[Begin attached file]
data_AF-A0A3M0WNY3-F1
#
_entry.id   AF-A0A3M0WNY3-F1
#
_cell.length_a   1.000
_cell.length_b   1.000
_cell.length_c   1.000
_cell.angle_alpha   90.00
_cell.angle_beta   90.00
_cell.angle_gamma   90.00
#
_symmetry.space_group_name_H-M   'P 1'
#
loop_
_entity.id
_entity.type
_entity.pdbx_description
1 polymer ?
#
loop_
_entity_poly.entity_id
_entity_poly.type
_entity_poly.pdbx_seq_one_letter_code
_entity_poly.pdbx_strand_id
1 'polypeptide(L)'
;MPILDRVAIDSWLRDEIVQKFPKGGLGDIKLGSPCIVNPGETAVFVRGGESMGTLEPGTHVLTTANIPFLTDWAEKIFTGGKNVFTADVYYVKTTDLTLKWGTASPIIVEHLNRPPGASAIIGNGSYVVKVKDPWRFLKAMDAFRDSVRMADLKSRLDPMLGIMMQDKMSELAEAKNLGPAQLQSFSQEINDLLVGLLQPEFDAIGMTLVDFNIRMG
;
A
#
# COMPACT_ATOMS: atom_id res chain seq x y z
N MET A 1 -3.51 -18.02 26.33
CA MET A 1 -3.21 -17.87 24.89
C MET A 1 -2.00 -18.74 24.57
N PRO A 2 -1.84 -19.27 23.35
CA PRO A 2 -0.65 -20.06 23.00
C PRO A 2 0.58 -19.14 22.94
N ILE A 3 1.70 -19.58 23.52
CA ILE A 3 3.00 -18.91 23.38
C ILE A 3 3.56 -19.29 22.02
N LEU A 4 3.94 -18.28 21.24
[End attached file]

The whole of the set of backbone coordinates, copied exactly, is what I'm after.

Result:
data_AF-A0A3M0WNY3-F1
#
_entry.id   AF-A0A3M0WNY3-F1
#
_cell.length_a   1.000
_cell.length_b   1.000
_cell.length_c   1.000
_cell.angle_alpha   90.00
_cell.angle_beta   90.00
_cell.angle_gamma   90.00
#
_symmetry.space_group_name_H-M   'P 1'
#
loop_
_entity.id
_entity.type
_entity.pdbx_description
1 polymer ?
#
loop_
_entity_poly.entity_id
_entity_poly.type
_entity_poly.pdbx_seq_one_letter_code
_entity_poly.pdbx_strand_id
1 'polypeptide(L)'
;MPILDRVAIDSWLRDEIVQKFPKGGLGDIKLGSPCIVNPGETAVFVRGGESMGTLEPGTHVLTTANIPFLTDWAEKIFTGGKNVFTADVYYVKTTDLTLKWGTASPIIVEHLNRPPGASAIIGNGSYVVKVKDPWRFLKAMDAFRDSVRMADLKSRLDPMLGIMMQDKMSELAEAKNLGPAQLQSFSQEINDLLVGLLQPEFDAIGMTLVDFNIRMG
;
A
#
# COMPACT_ATOMS: atom_id res chain seq x y z
N MET A 1 -3.51 -18.02 26.33
CA MET A 1 -3.21 -17.87 24.89
C MET A 1 -2.00 -18.74 24.57
N PRO A 2 -1.84 -19.27 23.35
CA PRO A 2 -0.65 -20.06 23.00
C PRO A 2 0.58 -19.14 22.94
N ILE A 3 1.70 -19.58 23.52
CA ILE A 3 3.00 -18.91 23.38
C ILE A 3 3.56 -19.29 22.02
N LEU A 4 3.94 -18.28 21.24